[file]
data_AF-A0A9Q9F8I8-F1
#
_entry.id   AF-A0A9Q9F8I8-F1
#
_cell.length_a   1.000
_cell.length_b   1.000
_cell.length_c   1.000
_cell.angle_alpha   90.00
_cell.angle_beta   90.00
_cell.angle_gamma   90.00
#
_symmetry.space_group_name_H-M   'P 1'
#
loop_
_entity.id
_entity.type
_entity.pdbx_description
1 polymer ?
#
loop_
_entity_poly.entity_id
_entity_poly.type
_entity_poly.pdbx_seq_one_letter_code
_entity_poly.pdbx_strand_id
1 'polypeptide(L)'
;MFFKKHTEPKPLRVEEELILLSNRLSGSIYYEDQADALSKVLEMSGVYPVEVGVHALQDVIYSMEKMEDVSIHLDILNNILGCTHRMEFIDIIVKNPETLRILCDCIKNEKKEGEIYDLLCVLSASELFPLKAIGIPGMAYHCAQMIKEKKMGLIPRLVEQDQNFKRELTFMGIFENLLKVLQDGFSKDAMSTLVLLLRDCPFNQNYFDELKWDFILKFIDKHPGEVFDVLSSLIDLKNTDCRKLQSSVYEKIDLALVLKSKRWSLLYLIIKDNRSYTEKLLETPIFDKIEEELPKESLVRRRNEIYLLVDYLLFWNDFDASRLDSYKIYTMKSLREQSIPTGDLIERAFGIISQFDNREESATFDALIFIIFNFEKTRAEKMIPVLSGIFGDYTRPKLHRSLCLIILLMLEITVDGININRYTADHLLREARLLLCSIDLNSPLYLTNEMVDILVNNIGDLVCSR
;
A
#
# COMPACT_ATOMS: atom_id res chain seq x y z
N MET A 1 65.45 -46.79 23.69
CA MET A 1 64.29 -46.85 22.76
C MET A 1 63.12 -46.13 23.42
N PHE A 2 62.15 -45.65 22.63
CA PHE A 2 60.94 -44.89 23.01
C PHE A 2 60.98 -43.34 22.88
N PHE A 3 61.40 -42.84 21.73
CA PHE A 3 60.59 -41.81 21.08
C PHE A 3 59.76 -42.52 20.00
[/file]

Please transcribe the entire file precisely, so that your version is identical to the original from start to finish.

data_AF-A0A9Q9F8I8-F1
#
_entry.id   AF-A0A9Q9F8I8-F1
#
_cell.length_a   1.000
_cell.length_b   1.000
_cell.length_c   1.000
_cell.angle_alpha   90.00
_cell.angle_beta   90.00
_cell.angle_gamma   90.00
#
_symmetry.space_group_name_H-M   'P 1'
#
loop_
_entity.id
_entity.type
_entity.pdbx_description
1 polymer ?
#
loop_
_entity_poly.entity_id
_entity_poly.type
_entity_poly.pdbx_seq_one_letter_code
_entity_poly.pdbx_strand_id
1 'polypeptide(L)'
;MFFKKHTEPKPLRVEEELILLSNRLSGSIYYEDQADALSKVLEMSGVYPVEVGVHALQDVIYSMEKMEDVSIHLDILNNILGCTHRMEFIDIIVKNPETLRILCDCIKNEKKEGEIYDLLCVLSASELFPLKAIGIPGMAYHCAQMIKEKKMGLIPRLVEQDQNFKRELTFMGIFENLLKVLQDGFSKDAMSTLVLLLRDCPFNQNYFDELKWDFILKFIDKHPGEVFDVLSSLIDLKNTDCRKLQSSVYEKIDLALVLKSKRWSLLYLIIKDNRSYTEKLLETPIFDKIEEELPKESLVRRRNEIYLLVDYLLFWNDFDASRLDSYKIYTMKSLREQSIPTGDLIERAFGIISQFDNREESATFDALIFIIFNFEKTRAEKMIPVLSGIFGDYTRPKLHRSLCLIILLMLEITVDGININRYTADHLLREARLLLCSIDLNSPLYLTNEMVDILVNNIGDLVCSR
;
A
#
# COMPACT_ATOMS: atom_id res chain seq x y z
N MET A 1 65.45 -46.79 23.69
CA MET A 1 64.29 -46.85 22.76
C MET A 1 63.12 -46.13 23.42
N PHE A 2 62.15 -45.65 22.63
CA PHE A 2 60.94 -44.89 23.01
C PHE A 2 60.98 -43.34 22.88
N PHE A 3 61.40 -42.84 21.73
CA PHE A 3 60.59 -41.81 21.08
C PHE A 3 59.76 -42.52 20.00